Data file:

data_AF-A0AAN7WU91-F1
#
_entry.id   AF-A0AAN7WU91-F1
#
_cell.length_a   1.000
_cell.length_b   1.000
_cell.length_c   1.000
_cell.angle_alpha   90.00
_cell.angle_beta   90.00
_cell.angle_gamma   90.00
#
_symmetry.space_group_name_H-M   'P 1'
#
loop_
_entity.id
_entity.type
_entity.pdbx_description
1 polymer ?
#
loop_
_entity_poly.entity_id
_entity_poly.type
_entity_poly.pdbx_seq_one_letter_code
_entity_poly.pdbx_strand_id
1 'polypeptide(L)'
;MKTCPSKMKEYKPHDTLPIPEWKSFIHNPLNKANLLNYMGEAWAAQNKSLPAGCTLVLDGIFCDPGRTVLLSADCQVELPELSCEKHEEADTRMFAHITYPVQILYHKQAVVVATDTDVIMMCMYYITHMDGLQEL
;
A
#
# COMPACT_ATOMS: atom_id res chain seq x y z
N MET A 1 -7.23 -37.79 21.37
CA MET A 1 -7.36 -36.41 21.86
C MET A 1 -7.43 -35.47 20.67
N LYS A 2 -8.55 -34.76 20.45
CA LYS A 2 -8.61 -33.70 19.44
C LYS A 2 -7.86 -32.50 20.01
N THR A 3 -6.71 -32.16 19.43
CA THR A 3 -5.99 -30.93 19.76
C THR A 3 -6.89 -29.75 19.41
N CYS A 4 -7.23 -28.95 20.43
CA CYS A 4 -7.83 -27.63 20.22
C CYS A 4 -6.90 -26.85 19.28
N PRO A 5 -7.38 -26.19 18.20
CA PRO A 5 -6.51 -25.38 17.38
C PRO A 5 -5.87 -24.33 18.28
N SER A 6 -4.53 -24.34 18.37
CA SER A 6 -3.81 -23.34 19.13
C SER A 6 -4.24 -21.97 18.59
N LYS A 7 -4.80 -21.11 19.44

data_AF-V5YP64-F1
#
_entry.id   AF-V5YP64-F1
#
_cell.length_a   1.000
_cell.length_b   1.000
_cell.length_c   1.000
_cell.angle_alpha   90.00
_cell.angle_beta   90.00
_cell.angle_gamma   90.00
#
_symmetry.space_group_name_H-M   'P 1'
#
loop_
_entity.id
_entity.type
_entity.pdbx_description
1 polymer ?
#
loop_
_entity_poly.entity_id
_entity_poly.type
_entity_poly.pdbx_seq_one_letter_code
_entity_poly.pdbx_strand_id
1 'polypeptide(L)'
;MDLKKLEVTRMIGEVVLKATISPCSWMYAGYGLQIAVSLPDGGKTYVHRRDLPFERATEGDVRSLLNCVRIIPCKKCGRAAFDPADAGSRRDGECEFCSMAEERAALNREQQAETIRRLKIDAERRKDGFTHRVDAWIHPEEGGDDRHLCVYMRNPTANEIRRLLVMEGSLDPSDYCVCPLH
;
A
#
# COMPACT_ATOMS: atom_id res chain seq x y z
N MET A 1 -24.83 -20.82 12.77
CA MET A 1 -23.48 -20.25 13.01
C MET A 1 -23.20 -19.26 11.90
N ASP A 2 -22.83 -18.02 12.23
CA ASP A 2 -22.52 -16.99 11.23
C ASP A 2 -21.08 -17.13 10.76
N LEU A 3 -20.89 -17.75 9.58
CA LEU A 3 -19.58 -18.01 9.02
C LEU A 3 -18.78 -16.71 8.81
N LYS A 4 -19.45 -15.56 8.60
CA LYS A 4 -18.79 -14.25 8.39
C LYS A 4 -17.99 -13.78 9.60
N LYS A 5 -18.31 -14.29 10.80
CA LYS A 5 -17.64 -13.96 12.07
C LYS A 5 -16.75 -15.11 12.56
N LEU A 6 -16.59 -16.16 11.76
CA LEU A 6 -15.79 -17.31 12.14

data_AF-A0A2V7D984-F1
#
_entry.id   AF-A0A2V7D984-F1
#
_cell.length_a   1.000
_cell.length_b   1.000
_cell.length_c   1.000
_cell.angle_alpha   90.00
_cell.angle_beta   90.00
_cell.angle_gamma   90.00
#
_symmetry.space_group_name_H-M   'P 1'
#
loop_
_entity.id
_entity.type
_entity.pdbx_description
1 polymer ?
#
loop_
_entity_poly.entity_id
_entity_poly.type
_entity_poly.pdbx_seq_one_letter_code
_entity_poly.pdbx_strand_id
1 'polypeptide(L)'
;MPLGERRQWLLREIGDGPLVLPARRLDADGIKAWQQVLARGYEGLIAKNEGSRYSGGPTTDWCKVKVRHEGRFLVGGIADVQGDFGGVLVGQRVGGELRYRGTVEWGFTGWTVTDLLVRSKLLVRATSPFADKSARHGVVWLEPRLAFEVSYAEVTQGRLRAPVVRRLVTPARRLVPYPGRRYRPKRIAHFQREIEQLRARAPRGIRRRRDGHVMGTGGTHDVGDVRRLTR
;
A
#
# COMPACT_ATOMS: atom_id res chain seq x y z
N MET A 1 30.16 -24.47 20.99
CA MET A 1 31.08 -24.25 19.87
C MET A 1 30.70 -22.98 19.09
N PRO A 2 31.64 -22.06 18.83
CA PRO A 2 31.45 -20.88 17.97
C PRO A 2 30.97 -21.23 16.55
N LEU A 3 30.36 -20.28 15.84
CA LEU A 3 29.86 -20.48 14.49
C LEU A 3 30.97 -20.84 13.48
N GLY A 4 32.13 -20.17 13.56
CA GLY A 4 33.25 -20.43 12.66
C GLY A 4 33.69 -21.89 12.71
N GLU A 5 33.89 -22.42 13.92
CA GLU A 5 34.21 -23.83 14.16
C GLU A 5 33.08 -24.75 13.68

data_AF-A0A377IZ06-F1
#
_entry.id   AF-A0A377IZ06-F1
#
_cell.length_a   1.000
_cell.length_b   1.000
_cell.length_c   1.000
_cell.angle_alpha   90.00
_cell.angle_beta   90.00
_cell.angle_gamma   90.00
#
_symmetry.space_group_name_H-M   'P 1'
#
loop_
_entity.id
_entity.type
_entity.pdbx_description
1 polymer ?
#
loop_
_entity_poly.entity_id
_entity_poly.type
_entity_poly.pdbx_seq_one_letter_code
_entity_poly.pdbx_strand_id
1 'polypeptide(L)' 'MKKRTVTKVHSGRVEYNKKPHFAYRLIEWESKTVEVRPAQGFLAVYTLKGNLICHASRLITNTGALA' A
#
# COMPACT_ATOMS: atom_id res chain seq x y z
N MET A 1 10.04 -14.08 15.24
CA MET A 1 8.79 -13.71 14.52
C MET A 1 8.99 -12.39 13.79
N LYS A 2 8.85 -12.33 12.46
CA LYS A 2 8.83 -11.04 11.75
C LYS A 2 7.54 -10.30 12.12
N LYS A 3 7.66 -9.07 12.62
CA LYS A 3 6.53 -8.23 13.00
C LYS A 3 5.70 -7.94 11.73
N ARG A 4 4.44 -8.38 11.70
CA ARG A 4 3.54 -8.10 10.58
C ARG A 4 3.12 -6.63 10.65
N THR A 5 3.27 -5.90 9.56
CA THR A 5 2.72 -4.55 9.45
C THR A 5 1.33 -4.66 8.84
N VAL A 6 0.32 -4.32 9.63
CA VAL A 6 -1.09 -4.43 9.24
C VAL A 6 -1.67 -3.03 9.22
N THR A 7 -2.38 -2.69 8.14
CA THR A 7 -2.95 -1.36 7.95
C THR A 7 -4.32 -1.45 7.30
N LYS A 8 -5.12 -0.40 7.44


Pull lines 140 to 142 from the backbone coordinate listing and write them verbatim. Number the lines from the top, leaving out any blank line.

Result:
CA GLU A 5 34.21 -23.83 14.16
C GLU A 5 33.08 -24.75 13.68

data_AF-A0A377IZ06-F1